Tips for Living with a Dog in a Small Apartment

Sometimes, it’s necessary to live with your pet in a small apartment. Maybe you had to move out of a bigger place, or you’ve adopted a service animal or emotional support dog and you only live in a small place.

Tips for Living with a Dog in a Small Apartment. Jack Russell terrier at the entrance

Have no fear — it’s definitely possible to live harmoniously in a tight space with a pet dog. Of course, some breeds are better suited to small places or apartments than others. If you haven’t adopted your pet yet, be sure to go for a smaller breed rather than a German Shepherd or a Labrador Retriever who will take up much of the room in a compact living space.

If you live in a small space with a canine companion, here’s how to make sure you both stay happy and healthy.

1. Get Lots of Exercise

When dogs have to live in small spaces without easy access to places they can run around, it’s imperative to take them outside frequently. When picking where you’ll live, try to aim for first-floor apartments if you won’t have a whole house. This means you can easily take your pup outside when they need to use the bathroom!

2. Hire a Walker

If you have to leave your pup at home to go to work or need to leave them for longer than six hours, hire a dog walker to come to take them out. This way, they’ll get exercised, will get to relieve themselves, and will be out of the house so they don’t chew anything! (Even the best-behaved dogs can start getting destructive when they’re left alone for long periods.)

3. Choose a Small Breed

Of course, most larger breeds simply aren’t suitable to be kept in small apartments (except for greyhounds, often called ‘apartment dogs’ because they love to sleep and don’t require so much exercise). Bigger dogs need to stretch their legs and many like their alone time, so keeping them in a cramped space or with lots of other people around isn’t always ethical.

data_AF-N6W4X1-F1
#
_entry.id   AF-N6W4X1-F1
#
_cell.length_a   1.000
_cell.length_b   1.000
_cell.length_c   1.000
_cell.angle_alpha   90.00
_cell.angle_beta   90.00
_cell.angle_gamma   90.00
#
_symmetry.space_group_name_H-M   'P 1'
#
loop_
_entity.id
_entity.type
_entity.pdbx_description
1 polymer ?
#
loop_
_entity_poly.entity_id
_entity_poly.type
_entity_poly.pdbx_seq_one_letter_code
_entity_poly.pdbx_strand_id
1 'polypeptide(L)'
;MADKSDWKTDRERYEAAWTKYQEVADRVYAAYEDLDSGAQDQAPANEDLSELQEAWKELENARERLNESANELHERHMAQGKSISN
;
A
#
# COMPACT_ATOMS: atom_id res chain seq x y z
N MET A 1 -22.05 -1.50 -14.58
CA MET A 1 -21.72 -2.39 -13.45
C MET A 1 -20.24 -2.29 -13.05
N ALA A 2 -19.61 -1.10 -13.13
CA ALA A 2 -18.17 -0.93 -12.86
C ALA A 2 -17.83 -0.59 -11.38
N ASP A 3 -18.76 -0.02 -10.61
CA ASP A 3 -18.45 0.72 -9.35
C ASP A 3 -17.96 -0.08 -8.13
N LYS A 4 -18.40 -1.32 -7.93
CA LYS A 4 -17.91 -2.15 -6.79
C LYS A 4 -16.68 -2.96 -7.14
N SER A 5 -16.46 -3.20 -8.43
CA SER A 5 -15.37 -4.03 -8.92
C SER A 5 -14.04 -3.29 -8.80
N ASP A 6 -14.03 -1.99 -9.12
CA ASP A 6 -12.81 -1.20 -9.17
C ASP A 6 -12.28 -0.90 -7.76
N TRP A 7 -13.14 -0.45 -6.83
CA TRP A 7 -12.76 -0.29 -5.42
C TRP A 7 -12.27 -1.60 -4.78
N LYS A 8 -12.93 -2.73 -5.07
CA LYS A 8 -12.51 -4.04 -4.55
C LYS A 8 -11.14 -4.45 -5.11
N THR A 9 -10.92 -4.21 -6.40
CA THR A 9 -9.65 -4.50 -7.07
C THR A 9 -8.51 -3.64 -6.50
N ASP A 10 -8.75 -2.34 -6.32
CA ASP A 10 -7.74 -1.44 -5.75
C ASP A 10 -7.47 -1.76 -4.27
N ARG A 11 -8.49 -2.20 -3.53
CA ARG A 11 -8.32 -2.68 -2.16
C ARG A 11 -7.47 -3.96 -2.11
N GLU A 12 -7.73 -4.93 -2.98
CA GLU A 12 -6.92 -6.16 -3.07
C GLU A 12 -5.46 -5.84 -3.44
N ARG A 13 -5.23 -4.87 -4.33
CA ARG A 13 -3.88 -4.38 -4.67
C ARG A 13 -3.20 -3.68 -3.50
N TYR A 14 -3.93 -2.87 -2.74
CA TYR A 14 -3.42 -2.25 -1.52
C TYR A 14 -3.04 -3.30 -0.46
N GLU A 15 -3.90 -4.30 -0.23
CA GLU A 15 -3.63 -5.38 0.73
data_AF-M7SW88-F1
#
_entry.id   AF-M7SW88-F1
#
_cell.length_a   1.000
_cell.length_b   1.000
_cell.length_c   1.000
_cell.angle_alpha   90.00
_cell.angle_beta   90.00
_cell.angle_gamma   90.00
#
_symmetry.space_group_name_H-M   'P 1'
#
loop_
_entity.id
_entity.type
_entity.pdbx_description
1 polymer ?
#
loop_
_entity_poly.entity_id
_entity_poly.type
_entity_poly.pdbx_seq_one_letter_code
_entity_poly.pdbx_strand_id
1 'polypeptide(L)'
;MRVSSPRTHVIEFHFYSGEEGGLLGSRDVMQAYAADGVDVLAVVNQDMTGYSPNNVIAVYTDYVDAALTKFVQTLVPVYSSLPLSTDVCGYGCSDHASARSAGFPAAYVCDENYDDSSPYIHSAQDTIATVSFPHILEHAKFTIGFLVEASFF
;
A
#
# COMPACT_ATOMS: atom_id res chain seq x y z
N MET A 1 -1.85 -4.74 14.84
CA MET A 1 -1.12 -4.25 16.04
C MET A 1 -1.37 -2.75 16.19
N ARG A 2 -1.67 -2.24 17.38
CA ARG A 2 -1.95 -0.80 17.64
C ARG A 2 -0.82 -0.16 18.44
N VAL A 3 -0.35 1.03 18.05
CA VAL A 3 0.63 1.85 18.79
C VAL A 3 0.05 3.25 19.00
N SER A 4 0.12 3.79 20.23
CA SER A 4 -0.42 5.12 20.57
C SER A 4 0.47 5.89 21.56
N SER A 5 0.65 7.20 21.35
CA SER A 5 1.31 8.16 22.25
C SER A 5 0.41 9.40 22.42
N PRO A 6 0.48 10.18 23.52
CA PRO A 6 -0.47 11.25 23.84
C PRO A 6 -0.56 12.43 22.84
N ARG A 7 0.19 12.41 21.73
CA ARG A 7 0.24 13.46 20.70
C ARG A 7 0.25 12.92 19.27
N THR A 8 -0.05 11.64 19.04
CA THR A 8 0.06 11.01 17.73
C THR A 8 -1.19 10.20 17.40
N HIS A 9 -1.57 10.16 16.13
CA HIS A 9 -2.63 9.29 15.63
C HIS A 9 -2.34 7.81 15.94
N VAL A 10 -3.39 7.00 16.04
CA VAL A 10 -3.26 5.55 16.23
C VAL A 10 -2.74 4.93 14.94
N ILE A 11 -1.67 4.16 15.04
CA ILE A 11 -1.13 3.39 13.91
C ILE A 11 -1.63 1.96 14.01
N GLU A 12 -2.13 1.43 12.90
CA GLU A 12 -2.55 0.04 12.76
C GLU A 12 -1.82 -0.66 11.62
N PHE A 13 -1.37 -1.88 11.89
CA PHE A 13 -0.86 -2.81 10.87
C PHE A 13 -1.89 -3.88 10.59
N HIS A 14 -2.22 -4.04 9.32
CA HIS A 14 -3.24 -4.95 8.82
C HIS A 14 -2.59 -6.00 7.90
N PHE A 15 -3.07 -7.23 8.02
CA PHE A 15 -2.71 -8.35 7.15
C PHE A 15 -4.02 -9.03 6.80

Tips for Living with a Dog in a Small Apartment. Black French bulldog at a fluffy rug

However, there are plenty of smaller breeds that make great apartment dogs. These include:

  • Bichon Frise
  • Pug
  • Cavalier King Charles Spaniel
  • Boston Terrier
  • Shih Tzu
  • Chihuahua
  • Italian Greyhound
  • German Spitz
  • Bulldog

4. Plan Rooms and Furniture Strategically

There are plenty of ingenious inventions nowadays that blend pet furniture with that for people as well: small dog crates that are also side tables, for instance. If you can’t get hold of specially-made furniture, think of how you can repurpose your existing furniture to better fit your small space, i.e. placing your dog’s bed under a table, keeping their toys in a drawer when not in use, etc. If you have a balcony, you’re in luck — these are the perfect places to train your pup to go to the toilet if you live a few floors up!

5. Establish a Toilet Schedule

You may have noticed that many of these tips involve toilet considerations. That’s because letting your dog out to do their business isn’t so easy when you live in an apartment. The best way to get your dog on the same page as you with toilet training is either to balcony train them or take them outside at certain times of the day, like clockwork. That way, they’ll know when they can expect to be able to let loose, preventing accidents inside the house.

The Bottom Line

You and your furry friend will get along famously in your smaller living space by following these tips! Once they know their toilet rota, where their bed will live, and they get their daily walkies, you’ll both adjust quicker than expected.

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